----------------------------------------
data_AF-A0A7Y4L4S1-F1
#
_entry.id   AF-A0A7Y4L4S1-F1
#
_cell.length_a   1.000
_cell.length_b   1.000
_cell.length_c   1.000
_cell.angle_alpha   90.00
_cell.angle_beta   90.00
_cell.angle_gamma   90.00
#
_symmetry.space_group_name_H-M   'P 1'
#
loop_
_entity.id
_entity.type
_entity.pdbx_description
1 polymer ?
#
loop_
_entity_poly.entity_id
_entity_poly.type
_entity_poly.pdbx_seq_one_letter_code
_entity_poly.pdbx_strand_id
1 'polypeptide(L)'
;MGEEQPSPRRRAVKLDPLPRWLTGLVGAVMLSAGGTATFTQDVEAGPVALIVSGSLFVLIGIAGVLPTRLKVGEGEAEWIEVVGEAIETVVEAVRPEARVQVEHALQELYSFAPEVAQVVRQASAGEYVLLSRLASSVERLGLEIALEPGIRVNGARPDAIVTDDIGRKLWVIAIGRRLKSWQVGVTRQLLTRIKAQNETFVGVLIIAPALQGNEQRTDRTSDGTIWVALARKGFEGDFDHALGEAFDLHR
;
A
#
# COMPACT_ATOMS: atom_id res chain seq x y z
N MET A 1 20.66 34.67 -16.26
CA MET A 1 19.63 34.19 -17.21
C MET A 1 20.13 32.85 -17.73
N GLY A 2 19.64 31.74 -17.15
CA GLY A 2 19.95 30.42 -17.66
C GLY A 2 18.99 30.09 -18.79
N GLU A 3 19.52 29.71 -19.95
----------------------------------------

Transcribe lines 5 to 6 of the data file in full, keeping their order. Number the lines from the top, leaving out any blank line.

_cell.length_a   1.000
_cell.length_b   1.000